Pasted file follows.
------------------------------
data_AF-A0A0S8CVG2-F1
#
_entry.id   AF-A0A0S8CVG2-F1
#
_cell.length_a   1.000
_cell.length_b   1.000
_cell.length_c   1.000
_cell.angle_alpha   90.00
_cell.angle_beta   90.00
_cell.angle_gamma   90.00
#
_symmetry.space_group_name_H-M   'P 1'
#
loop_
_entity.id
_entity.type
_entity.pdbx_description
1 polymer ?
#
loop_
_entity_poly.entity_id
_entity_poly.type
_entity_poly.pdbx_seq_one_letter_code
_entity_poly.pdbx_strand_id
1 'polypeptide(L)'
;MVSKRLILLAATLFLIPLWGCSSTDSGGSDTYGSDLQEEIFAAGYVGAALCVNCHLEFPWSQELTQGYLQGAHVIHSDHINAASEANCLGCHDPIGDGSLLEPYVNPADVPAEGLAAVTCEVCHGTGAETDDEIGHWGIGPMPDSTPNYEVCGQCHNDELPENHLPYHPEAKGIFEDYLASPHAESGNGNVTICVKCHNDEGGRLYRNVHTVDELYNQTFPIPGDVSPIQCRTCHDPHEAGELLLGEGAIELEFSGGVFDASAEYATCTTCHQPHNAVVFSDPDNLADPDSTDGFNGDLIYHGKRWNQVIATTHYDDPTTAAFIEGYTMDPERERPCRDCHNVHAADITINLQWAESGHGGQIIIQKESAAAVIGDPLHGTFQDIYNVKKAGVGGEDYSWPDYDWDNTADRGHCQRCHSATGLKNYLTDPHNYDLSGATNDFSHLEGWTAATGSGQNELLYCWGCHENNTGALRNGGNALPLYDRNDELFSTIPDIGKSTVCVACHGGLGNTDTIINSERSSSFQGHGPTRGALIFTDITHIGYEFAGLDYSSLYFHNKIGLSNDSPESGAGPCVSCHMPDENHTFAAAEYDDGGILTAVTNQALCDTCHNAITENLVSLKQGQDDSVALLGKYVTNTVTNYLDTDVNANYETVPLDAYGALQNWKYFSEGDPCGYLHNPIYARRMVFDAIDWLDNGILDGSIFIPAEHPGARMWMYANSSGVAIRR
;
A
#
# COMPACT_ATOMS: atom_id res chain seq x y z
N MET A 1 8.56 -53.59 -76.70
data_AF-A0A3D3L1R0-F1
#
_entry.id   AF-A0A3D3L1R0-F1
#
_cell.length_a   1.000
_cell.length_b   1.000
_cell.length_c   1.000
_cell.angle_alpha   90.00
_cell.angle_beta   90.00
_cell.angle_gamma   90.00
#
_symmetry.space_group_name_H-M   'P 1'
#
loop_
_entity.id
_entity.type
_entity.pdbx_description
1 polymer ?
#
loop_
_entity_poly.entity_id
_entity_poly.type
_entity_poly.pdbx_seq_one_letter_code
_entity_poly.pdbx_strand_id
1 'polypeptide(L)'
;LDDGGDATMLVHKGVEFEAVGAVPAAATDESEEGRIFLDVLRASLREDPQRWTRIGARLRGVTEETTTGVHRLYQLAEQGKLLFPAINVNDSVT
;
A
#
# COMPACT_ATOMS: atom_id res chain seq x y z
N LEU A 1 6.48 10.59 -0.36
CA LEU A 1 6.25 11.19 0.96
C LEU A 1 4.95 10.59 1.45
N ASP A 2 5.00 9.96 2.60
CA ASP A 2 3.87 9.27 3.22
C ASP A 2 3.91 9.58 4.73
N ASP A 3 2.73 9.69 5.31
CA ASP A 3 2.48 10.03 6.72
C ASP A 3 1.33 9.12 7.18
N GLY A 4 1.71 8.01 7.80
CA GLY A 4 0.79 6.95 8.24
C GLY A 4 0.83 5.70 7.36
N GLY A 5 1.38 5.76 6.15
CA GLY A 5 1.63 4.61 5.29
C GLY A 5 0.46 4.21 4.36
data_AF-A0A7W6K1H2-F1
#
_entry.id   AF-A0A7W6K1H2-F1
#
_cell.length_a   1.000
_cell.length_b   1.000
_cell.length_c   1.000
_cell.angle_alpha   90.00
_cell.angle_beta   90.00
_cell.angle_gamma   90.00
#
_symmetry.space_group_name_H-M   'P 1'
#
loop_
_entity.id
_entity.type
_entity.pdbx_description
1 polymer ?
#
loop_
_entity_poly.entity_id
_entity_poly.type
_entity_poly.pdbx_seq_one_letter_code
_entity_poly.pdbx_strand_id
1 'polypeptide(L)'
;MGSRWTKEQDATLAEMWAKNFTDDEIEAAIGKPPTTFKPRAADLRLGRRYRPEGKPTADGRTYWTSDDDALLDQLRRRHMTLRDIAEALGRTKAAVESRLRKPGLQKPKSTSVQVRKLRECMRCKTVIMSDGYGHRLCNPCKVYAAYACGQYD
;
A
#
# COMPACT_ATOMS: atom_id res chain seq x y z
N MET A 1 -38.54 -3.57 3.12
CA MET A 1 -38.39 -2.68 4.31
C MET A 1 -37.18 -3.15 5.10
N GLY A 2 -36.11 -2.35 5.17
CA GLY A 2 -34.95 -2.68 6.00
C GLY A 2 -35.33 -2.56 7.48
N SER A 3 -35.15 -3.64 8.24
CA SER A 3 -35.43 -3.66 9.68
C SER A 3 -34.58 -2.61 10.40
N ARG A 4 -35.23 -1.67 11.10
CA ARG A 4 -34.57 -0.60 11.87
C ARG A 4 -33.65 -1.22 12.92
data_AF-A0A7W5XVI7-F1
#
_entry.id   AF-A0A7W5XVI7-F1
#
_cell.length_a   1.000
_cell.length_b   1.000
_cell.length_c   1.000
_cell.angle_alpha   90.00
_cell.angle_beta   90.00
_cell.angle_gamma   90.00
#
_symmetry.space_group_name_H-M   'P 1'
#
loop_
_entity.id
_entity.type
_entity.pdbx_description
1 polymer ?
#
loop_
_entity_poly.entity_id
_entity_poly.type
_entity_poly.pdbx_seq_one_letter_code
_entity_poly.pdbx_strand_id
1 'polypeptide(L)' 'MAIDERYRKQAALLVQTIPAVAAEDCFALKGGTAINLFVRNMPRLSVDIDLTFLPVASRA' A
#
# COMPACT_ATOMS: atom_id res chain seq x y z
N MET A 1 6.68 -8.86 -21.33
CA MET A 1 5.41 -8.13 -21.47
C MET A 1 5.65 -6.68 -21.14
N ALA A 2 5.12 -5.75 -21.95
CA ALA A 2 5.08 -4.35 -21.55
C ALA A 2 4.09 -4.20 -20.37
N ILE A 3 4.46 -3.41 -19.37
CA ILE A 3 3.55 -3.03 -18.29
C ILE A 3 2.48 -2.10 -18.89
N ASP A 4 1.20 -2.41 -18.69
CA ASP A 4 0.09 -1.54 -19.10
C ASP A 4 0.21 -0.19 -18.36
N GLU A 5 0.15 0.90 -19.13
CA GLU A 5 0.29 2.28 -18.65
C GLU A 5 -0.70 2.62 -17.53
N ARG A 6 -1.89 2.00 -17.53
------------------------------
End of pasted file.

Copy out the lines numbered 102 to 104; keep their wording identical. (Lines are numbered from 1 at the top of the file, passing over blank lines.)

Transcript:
;MGSRWTKEQDATLAEMWAKNFTDDEIEAAIGKPPTTFKPRAADLRLGRRYRPEGKPTADGRTYWTSDDDALLDQLRRRHMTLRDIAEALGRTKAAVESRLRKPGLQKPKSTSVQVRKLRECMRCKTVIMSDGYGHRLCNPCKVYAAYACGQYD
;
A